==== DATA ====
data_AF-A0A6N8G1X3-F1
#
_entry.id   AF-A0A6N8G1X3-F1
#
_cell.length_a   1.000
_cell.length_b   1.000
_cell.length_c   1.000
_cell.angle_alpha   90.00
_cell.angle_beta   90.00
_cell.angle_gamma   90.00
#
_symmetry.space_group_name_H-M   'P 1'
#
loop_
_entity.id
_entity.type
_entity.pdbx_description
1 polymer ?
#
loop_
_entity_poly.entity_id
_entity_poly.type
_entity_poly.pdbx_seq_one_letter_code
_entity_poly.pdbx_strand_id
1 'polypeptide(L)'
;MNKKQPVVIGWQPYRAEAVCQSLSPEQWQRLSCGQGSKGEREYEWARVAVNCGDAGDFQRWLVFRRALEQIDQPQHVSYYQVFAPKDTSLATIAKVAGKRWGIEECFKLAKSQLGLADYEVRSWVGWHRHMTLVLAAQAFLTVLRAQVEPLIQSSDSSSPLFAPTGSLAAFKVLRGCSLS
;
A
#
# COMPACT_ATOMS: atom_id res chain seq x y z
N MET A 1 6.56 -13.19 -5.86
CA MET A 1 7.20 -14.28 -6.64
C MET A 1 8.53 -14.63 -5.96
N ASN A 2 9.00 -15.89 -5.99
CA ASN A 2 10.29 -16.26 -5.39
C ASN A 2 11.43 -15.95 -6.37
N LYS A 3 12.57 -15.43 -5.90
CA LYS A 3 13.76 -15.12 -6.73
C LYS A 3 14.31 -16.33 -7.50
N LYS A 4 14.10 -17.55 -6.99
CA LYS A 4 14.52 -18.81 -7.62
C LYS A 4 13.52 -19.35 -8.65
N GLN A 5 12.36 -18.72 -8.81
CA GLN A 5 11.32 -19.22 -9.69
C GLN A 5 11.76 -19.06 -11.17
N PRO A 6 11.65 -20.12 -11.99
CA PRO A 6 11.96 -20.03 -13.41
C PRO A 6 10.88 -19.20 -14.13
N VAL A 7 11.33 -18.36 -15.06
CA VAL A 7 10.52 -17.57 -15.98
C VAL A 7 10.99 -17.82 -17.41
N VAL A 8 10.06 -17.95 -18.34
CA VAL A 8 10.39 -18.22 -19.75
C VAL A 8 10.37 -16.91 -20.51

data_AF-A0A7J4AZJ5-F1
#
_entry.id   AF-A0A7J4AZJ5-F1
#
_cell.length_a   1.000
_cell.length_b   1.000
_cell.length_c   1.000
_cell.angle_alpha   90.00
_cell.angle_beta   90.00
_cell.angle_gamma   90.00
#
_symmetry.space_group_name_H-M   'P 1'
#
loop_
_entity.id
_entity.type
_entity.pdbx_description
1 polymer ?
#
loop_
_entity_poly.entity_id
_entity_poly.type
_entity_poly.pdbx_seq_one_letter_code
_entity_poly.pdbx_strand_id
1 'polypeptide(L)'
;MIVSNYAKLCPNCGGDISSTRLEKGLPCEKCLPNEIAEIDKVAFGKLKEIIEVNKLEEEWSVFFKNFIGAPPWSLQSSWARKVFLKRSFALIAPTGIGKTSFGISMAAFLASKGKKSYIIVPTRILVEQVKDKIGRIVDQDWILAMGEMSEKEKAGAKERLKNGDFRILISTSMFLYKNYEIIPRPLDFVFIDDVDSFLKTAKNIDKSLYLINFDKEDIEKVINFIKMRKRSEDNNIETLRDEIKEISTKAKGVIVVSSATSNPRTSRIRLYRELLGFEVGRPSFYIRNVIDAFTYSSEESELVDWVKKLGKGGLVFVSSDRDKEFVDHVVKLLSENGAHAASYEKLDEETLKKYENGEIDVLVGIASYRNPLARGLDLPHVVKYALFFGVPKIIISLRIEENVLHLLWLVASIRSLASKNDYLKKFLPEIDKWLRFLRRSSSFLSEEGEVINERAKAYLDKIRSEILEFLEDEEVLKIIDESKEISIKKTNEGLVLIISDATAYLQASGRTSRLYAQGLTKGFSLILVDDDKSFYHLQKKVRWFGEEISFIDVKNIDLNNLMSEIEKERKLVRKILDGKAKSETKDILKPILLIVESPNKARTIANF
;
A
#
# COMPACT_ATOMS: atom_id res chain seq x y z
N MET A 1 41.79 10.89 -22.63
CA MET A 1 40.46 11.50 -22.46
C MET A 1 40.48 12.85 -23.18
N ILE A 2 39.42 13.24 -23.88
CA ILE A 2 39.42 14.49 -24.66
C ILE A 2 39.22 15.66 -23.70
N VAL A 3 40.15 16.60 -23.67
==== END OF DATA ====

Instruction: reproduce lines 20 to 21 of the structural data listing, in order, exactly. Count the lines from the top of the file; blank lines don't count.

loop_
_entity_poly.entity_id